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Beaverton Bird Watch: Bird feeders: to feed or not to feed

| March 1, 2018 | 0 Comments

By Donna Wiench, Portland Audubon05 Donna Wiench Bird Feeder

Before going to work for Portland Audubon two years ago, I liked watching birds, but hesitated to put a feeder outside my window. Why make birds dependent, I mistakenly thought. Fortunately, at Portland Audubon, one of my go-to colleagues for bird related information is Dan Van den Broek, our adult education manager and one of Oregon’s top birders.

Dan says that feeding birds year-round is fine.

Feeders can supplement a bird’s diet, but 70-80 percent of their food will come from nature. The best thing to do is plant native vegetation in our yards so birds can benefit from the seeds, berries and healthy insects the plants provide. Dan says feeders are especially helpful in winter when wild foods such as seeds and fruit have already been eaten.

What to do about squirrels?

Squirrel proof feeders are available if needed, and to keep pests away, Dan recommends periodically raking under the feeders or covering the area with compost to reduce mold and accumulation of droppings.  He also points out that using sunflower chips can reduce the waste that falls to the ground.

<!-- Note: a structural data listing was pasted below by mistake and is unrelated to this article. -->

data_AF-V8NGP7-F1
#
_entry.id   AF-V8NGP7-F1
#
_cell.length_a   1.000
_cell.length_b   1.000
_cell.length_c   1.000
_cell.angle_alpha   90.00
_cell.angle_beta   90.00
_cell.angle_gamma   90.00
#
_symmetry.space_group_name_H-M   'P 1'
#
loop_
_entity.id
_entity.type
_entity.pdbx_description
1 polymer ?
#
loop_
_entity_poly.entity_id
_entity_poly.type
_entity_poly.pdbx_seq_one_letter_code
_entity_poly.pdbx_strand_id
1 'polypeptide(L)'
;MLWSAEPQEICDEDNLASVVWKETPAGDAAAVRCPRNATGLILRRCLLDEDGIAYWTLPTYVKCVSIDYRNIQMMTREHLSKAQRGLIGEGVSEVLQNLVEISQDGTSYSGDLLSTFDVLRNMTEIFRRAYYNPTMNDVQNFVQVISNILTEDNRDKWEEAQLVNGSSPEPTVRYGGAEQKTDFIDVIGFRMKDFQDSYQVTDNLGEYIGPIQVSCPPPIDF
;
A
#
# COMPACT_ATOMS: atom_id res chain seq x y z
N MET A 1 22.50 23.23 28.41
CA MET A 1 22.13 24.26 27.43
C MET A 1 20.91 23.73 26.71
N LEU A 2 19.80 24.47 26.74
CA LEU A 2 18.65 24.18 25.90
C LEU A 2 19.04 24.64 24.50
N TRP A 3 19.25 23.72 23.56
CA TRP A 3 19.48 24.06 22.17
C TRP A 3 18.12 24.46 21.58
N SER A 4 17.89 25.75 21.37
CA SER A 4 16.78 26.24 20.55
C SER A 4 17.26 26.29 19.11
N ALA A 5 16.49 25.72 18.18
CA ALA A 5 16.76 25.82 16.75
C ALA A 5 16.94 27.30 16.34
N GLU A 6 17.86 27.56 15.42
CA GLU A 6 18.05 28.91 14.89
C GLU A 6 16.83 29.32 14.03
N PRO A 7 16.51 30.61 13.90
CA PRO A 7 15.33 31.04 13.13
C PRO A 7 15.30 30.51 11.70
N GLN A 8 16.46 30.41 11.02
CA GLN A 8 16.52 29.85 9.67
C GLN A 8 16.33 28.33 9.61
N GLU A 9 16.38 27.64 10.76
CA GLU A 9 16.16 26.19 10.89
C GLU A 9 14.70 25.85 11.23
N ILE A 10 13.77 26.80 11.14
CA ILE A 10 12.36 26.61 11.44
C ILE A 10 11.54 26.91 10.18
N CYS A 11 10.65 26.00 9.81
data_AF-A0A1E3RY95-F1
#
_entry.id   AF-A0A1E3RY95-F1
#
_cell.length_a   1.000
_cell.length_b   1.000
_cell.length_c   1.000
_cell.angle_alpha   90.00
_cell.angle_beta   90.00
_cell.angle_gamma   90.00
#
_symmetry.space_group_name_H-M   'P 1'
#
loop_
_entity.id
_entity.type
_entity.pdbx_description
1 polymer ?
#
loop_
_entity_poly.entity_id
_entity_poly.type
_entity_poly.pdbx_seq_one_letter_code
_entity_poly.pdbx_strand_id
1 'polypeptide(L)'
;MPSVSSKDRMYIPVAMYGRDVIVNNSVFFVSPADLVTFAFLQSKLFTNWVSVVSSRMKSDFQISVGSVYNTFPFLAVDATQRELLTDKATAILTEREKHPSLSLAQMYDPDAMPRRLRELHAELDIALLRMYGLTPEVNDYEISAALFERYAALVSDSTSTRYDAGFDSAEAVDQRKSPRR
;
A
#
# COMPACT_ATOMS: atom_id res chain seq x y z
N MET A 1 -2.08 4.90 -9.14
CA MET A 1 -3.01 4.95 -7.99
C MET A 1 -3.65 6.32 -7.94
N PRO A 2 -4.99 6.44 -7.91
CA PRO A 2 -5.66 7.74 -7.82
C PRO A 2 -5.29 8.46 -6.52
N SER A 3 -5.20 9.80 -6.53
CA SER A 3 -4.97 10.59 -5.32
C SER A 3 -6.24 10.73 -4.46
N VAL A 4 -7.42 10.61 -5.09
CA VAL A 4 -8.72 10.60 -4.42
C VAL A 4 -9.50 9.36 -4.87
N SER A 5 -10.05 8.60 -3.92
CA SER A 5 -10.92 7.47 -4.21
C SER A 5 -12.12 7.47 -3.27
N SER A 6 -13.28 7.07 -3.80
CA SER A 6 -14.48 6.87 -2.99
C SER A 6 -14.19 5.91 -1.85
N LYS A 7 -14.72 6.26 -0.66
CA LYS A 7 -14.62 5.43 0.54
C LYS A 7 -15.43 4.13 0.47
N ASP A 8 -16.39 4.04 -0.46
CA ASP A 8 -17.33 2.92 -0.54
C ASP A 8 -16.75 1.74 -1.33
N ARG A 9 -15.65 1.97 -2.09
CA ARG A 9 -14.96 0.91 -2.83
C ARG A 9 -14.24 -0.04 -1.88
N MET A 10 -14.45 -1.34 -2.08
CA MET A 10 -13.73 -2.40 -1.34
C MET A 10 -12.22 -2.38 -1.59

To discourage a particularly athletic squirrel that would rebound off the side of our house to a feeder near the kitchen window, my husband spread an organic peppery substance bought at a home and yard supply store on the siding and ground. It worked. No more squirrels performing Olympic caliber gymnastics in order to reach our feeders.

Keep it clean!

It’s also very important to keep the feeders clean. Each time a hummingbird feeder is filled, Dan says it should be washed out with hot, soapy water. Tube and other type feeders need to be cleaned about twice a month. The idea is to wash away mold or any food that can become moldy. Mold sickens birds, so if you see a sickly bird, Dan suggests that you stop feeding for a week and disinfect your feeders.

Visit our nature store

There are a number of places to buy feeders and seed, but if you choose to go to Portland Audubon’s Nature store, you can receive expert advice and know that your purchase is helping Portland Audubon protect birds and other wild creatures. Members receive a 10% discount on all purchase.

Portland Audubon is the leading conservation organization in Oregon. Visit us at audubonportland.org or call 503.292.6855.

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Category: Community Stories

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